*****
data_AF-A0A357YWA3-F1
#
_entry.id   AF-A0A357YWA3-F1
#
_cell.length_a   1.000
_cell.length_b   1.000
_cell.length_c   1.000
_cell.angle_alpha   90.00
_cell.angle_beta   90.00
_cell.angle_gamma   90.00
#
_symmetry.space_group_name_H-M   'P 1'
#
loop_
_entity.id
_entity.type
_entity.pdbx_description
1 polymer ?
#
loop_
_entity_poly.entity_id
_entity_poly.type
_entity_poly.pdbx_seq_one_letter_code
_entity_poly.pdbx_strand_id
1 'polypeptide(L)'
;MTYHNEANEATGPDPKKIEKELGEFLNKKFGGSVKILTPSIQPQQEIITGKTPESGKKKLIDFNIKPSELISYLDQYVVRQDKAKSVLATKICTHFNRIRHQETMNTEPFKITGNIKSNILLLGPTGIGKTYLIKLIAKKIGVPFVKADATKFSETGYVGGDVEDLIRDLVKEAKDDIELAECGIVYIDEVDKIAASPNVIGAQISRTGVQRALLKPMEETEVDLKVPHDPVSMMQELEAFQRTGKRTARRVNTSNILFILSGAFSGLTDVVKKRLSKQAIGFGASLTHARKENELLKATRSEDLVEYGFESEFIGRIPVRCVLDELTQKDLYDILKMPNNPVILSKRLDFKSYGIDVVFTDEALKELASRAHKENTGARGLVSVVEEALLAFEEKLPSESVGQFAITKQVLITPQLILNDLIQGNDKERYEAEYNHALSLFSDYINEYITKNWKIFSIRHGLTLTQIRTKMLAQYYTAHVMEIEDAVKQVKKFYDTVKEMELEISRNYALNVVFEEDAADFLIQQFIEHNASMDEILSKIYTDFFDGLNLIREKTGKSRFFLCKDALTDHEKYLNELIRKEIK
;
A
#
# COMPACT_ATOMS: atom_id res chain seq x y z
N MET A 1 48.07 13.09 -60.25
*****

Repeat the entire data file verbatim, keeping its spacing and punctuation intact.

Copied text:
data_AF-A0A357YWA3-F1
#
_entry.id   AF-A0A357YWA3-F1
#
_cell.length_a   1.000
_cell.length_b   1.000
_cell.length_c   1.000
_cell.angle_alpha   90.00
_cell.angle_beta   90.00
_cell.angle_gamma   90.00
#
_symmetry.space_group_name_H-M   'P 1'
#
loop_
_entity.id
_entity.type
_entity.pdbx_description
1 polymer ?
#
loop_
_entity_poly.entity_id
_entity_poly.type
_entity_poly.pdbx_seq_one_letter_code
_entity_poly.pdbx_strand_id
1 'polypeptide(L)'
;MTYHNEANEATGPDPKKIEKELGEFLNKKFGGSVKILTPSIQPQQEIITGKTPESGKKKLIDFNIKPSELISYLDQYVVRQDKAKSVLATKICTHFNRIRHQETMNTEPFKITGNIKSNILLLGPTGIGKTYLIKLIAKKIGVPFVKADATKFSETGYVGGDVEDLIRDLVKEAKDDIELAECGIVYIDEVDKIAASPNVIGAQISRTGVQRALLKPMEETEVDLKVPHDPVSMMQELEAFQRTGKRTARRVNTSNILFILSGAFSGLTDVVKKRLSKQAIGFGASLTHARKENELLKATRSEDLVEYGFESEFIGRIPVRCVLDELTQKDLYDILKMPNNPVILSKRLDFKSYGIDVVFTDEALKELASRAHKENTGARGLVSVVEEALLAFEEKLPSESVGQFAITKQVLITPQLILNDLIQGNDKERYEAEYNHALSLFSDYINEYITKNWKIFSIRHGLTLTQIRTKMLAQYYTAHVMEIEDAVKQVKKFYDTVKEMELEISRNYALNVVFEEDAADFLIQQFIEHNASMDEILSKIYTDFFDGLNLIREKTGKSRFFLCKDALTDHEKYLNELIRKEIK
;
A
#
# COMPACT_ATOMS: atom_id res chain seq x y z
N MET A 1 48.07 13.09 -60.25